SALEM — Owners would get more time to rebuild homes and businesses destroyed in the 2020 Labor Day wildfires, without running afoul of planning requirements, under two bills that have cleared the Oregon House.
Both bills passed on 56-0 votes on Tuesday, May 4. One goes to the Senate, the other to Gov. Kate Brown.
House Bill 2289, which goes to the Senate, gives property owners five years — instead of the normal one year — to start reconstruction, which would not be considered a “land use action” under Oregon law. It applies in areas affected by wildfires under a state of emergency declared by Gov. Kate Brown between Aug. 1 and Sept. 30, 2020.
The Labor Day wildfires destroyed an estimated 4,000 homes. The largest concentration (about 2,500) was destroyed in the Almeda fire in Southern Oregon, but other fires were spread across Oregon.
Building permits are not usually considered land use actions.
But Rep. Brian Clem, D-Salem, said a work group he convened under the House Agriculture and Land Use Committee last fall after the wildfires anticipated the potential of legal challenges to reconstruction. Clem became chairman of the House Special Committee on Wildfire Recovery this session.
“If this were deemed a land use decision, an angry neighbor could litigate, some other group could litigate. What we are trying to do is give a safe harbor,” he said.
“If you are rebuilding basically the same footage at the same location, it’s not a land use decision — it’s not appealable to the state Land Use Board of Appeals, it cannot be appealed to the county commissioners or the city council — and you can proceed with your rebuilding.”
The bill sets a deadline of Sept. 30, 2025, for the start of reconstruction in these areas. It allows the square footage of replacement houses to be up to 10% more than the original. Structures do have to comply with building codes in effect in January 2008 or at the time of original construction, whichever is later.
Clem said the bill has an exception for reconstruction in federally designated floodplains, where the Federal Emergency Management Agency can set requirements for property owners to take part in the national flood insurance program.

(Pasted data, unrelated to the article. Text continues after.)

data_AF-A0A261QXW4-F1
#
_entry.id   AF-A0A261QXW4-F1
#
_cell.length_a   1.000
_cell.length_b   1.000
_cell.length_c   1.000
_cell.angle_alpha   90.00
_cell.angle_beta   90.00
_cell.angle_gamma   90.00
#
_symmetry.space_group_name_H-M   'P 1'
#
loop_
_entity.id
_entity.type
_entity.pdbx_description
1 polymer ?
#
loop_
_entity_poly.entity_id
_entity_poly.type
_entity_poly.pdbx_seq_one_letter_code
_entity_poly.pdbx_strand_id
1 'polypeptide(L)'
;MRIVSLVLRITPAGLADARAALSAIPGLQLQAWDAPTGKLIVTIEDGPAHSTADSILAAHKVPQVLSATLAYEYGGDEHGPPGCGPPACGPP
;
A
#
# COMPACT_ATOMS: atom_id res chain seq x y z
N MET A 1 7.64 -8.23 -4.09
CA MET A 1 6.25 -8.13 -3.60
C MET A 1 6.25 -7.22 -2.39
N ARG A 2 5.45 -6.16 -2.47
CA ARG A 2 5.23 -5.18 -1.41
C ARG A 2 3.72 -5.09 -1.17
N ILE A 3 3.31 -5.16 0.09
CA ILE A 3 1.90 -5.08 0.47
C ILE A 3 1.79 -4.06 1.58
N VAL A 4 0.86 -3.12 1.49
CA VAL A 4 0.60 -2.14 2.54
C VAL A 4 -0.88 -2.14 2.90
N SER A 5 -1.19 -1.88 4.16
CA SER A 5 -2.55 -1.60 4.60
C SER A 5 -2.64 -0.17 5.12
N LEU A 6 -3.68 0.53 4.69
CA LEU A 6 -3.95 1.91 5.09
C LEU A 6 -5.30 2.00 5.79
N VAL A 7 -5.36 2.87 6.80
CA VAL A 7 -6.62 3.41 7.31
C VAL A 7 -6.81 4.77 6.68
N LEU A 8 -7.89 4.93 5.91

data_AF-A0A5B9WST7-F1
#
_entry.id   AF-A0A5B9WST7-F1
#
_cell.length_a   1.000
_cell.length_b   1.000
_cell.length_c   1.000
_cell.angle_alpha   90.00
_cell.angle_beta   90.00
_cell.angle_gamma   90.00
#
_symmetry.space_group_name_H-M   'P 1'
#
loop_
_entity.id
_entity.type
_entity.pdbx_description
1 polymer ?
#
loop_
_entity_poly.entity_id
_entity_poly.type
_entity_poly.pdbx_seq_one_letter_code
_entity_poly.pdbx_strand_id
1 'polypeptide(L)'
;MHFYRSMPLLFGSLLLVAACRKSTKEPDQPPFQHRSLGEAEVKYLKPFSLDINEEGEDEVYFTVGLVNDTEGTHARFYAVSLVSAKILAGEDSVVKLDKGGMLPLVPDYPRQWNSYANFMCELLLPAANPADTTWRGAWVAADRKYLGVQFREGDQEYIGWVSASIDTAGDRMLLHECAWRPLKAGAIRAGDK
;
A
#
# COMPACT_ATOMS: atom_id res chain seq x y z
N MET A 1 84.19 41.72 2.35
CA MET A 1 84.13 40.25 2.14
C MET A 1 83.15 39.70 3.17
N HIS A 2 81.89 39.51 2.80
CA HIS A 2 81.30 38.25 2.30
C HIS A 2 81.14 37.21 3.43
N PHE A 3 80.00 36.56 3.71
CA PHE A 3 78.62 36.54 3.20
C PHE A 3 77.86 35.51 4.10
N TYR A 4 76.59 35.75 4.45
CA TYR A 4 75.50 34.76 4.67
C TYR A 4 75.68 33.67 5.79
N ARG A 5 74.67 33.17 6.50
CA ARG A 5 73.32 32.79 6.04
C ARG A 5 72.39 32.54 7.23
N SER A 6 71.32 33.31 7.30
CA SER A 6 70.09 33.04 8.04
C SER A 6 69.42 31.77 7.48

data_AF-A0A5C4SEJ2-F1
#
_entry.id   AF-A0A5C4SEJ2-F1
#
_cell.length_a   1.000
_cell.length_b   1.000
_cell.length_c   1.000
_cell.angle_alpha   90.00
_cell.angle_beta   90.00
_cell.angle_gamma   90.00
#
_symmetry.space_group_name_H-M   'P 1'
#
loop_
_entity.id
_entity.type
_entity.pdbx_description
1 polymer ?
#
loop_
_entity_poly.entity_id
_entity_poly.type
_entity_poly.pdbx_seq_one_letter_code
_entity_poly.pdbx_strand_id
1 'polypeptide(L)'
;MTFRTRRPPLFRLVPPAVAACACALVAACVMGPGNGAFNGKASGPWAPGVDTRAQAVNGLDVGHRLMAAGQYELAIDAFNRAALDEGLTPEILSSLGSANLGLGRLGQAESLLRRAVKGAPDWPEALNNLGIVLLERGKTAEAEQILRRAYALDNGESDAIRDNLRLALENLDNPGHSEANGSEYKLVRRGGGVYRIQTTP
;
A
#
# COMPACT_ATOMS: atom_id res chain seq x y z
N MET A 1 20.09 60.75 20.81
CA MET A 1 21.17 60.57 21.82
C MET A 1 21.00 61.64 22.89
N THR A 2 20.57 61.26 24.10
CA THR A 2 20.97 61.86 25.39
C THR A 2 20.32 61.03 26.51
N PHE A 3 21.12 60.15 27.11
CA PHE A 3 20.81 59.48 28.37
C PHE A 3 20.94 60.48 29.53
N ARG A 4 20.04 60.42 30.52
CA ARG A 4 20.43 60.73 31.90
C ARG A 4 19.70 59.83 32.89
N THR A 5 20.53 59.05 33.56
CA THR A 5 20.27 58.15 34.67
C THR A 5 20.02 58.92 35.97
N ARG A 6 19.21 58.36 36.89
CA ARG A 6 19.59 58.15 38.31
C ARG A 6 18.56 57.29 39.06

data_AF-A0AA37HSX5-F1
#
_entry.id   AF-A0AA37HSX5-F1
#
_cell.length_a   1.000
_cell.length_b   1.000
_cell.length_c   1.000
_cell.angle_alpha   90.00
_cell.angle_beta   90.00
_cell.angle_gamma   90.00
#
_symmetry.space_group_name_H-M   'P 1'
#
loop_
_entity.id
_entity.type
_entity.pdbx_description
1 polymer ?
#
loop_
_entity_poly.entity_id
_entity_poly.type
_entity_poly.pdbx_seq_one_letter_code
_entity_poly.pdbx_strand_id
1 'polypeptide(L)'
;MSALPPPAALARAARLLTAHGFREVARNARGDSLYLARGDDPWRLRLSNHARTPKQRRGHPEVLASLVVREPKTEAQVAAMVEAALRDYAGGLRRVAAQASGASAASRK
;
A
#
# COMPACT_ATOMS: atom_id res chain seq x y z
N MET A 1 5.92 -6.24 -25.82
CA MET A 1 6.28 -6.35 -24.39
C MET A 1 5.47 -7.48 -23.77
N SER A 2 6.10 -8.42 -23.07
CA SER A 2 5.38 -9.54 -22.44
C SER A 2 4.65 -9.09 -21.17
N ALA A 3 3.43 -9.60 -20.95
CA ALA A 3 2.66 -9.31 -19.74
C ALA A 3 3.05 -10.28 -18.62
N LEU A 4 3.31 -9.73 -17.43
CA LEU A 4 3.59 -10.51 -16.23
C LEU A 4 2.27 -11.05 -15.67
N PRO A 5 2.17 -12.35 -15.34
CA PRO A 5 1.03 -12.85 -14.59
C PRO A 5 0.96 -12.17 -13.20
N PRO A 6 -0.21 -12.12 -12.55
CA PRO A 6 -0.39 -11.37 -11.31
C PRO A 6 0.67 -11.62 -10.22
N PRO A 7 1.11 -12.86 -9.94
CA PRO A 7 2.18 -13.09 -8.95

It follows up House Bill 3272, which also cleared the House last week and went to the Senate. Under it, people who lost their homes in the 2020 Labor Day wildfires would get a minimum of two years under insurance policies to repair or rebuild, and other insurance protections.
On a percentage basis, Clem said, more homeowners (25%) are in the building permit process in Detroit than in Paradise, California, which was destroyed in 2018. However, the mid-2020 population estimate for Detroit — which is east of Salem — was 205, the same as in the 2010 Census. Paradise counted 26,800 people in 2010; it was barely 10% of that total in a 2019 count taken six months after the fire.
Nonconforming use reset
Senate Bill 405, which goes to the governor, redefines what a nonconforming land use is. For example, a retail store can operate in an area that has become a residential neighborhood.
Under current law, nonconforming uses can continue indefinitely — unless there is an interruption in that use, such as inactivity or abandonment of a property, for one year. The bill resets the one year to start once the governor lifts the state of emergency that caused the interruption.
For the coronavirus pandemic, Brown has imposed a state of emergency since March 2020 and renewed her order every 60 days. The latest order is scheduled to end June 28.
“It provides a little bit of breathing room to ensure that owners of nonconforming properties have the time needed to gather resources and begin construction,” Rep. Pam Marsh, D-Ashland, said. “Affected landowners want nothing more than to be back in place. Rebuilding is a marathon, not a sprint.”
Marsh and Rep. Jami Cate, R-Lebanon, are from wildfire-ravaged areas.
“We’ve heard testimony from people feeling that their only hope of meeting this requirement is to choose a quicker option — whether that is predesigned-building plans that don’t quite fit their needs, or manufactured homes — rather than risk waiting for stick-built structures,” Cate said.
“Let’s give wildfire victims the time they need to navigate obstacles to rebuild their lives.”
Marsh said a different section of the bill is intended to help organizations such as the Oregon Country Fair, which was unable in July 2020 to stage its three-day fair on its property in Veneta, about 15 miles west of Eugene. The fair has announced that its July 2021 event also will be virtual.
The bill ensures that the fair can retain a nonconforming-use status for its property if it holds an event within one year after the governor lifts her COVID-19 emergency order.